Proposal for 122 new homes on Stafford Park factory site in Liston

Liston could be about to grow

Liston could be about to grow - Credit: Gregg Brown

Plans for a development that would more than quadruple the size of a tiny village on the Suffolk/Essex border have been submitted to the district council.

Former factory site in Liston

Former factory site in Liston - Credit: Archant

The scheme, at a former industrial site known as Stafford Park, in Liston, near Long Melford, would see more than 120 new homes built in the hamlet, which currently has only 28 houses.

Some of the existing buildings at the site, which was once home to the Bush Boake Allen Ltd flavourings plant, would be converted into 22 apartments and up to 100 new houses would be built.

An outline planning application has been submitted to both Babergh and Braintree district councils. The proposal also includes the demolition of the other existing buildings, associated works to remediate the land on the application site, flood attenuation measures, reinstatement of the River Stour to include the removal of the sluice gate, infrastructure improvements, landscaping and provision of public open space.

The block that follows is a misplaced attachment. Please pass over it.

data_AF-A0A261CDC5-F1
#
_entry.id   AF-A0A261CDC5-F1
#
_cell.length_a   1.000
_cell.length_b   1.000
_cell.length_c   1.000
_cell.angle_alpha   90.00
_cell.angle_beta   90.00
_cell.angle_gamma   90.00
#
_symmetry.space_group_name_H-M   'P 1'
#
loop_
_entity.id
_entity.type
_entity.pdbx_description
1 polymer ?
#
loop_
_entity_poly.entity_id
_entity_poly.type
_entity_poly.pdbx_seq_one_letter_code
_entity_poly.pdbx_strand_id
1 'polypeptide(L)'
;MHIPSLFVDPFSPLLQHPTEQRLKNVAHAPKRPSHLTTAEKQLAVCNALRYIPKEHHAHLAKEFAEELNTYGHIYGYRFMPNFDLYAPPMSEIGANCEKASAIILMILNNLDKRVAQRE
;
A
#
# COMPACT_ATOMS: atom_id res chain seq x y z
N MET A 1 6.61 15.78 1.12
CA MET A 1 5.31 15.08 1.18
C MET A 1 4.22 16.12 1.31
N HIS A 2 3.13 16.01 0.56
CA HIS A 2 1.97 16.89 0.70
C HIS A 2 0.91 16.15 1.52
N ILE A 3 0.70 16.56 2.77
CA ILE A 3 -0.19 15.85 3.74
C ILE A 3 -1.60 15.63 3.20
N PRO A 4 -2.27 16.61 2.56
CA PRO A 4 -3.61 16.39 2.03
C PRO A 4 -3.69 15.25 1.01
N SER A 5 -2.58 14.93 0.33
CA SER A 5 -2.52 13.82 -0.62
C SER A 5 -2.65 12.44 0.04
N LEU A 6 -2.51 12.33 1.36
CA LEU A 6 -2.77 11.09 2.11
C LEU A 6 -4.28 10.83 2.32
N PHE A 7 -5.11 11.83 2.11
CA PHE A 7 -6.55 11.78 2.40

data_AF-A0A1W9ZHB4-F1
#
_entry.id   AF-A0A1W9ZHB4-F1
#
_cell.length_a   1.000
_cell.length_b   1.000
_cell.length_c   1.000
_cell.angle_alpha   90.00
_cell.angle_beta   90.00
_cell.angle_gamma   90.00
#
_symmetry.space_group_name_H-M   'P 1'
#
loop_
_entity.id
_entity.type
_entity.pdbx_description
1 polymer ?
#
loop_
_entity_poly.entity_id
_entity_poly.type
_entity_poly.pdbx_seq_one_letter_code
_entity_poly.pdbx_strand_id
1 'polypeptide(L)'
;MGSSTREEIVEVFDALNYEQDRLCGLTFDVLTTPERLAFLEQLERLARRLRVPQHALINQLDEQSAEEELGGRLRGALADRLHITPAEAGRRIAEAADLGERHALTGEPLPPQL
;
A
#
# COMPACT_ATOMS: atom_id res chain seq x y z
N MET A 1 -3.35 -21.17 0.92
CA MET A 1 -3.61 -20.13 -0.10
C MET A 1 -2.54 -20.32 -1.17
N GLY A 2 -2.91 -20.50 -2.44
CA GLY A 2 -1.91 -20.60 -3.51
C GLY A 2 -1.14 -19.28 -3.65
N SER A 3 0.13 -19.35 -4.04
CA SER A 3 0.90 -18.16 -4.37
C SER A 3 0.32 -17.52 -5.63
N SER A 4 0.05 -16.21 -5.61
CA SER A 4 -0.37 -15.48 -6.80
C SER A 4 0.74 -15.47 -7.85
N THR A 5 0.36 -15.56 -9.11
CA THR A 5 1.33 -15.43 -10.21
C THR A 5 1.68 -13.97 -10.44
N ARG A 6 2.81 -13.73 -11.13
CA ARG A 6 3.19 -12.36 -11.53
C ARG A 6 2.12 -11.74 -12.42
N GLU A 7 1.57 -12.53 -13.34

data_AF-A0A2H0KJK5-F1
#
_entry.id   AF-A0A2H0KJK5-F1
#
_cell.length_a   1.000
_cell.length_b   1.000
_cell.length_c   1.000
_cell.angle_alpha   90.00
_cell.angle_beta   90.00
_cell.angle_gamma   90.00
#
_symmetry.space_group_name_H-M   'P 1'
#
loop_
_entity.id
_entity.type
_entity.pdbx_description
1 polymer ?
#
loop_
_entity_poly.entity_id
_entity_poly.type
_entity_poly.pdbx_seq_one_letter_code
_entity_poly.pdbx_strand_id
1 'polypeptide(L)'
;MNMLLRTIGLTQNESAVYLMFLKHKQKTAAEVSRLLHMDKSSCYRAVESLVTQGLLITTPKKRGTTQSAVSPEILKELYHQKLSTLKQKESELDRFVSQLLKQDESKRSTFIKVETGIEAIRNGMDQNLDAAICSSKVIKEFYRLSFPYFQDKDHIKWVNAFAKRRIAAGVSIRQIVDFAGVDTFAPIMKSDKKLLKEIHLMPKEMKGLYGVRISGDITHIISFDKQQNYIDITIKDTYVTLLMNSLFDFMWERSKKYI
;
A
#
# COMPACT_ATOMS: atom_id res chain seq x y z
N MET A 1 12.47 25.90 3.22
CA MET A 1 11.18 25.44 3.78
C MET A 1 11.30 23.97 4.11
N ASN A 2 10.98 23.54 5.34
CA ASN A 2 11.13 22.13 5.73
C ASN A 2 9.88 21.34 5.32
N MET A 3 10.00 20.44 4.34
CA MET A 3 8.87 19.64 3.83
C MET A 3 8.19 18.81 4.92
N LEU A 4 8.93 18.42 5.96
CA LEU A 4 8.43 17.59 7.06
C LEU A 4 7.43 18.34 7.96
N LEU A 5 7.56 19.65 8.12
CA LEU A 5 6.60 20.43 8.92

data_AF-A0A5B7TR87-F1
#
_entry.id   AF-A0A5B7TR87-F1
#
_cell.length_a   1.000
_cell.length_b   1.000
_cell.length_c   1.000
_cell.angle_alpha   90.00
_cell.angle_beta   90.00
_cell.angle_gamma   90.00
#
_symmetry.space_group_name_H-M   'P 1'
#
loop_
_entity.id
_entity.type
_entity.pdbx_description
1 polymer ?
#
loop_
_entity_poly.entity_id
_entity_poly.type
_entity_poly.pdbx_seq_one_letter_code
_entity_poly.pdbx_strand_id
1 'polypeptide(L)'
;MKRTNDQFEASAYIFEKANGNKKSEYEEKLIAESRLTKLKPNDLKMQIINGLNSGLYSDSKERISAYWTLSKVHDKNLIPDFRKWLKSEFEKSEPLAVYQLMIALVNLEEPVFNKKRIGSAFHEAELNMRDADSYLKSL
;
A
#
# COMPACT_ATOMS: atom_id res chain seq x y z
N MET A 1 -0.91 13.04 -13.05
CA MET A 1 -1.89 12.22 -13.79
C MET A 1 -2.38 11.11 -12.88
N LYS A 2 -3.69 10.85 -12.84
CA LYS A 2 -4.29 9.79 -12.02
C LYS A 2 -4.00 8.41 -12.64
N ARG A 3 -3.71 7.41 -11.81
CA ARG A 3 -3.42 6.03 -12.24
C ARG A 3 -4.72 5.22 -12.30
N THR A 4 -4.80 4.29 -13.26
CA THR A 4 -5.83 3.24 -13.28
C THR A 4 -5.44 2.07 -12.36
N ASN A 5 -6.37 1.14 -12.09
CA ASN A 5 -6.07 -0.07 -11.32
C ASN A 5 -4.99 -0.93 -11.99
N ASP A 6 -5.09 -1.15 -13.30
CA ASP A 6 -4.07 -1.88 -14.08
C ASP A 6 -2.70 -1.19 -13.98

The plans have already divided the local community and were at the heart of a decision by Liston residents to ‘divorce’ themselves from the neighbouring parish of Foxearth. The two share a parish council but out of the 250 electors in the parish, only 43 of them are from Liston.

Last August, prompted by the proposal to develop the former industrial site, the Liston Residents’ Association announced its intention to dissolve a “Grouping Order” joining the two parishes.

At the time, the group’s chairman, Alan Binks, issued a statement saying the decision to go for independence followed growing concerns regarding the breakdown of trust between the villagers of Liston and some members of the parish council who were felt to be “promoting” the Stafford Park development.

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Following the recent application for outline planning consent, Mr Binks said in a letter that the development could “change the nature of Liston and the surrounding villages”. He also claimed it would dramatically increase traffic along narrow lanes surrounding the village and have a “catastrophic” effect on wildlife.

Other concerns raised by objectors to the proposal include possible contamination of the area and the adjacent River Stour with by-products from the former factory – and risk of flooding.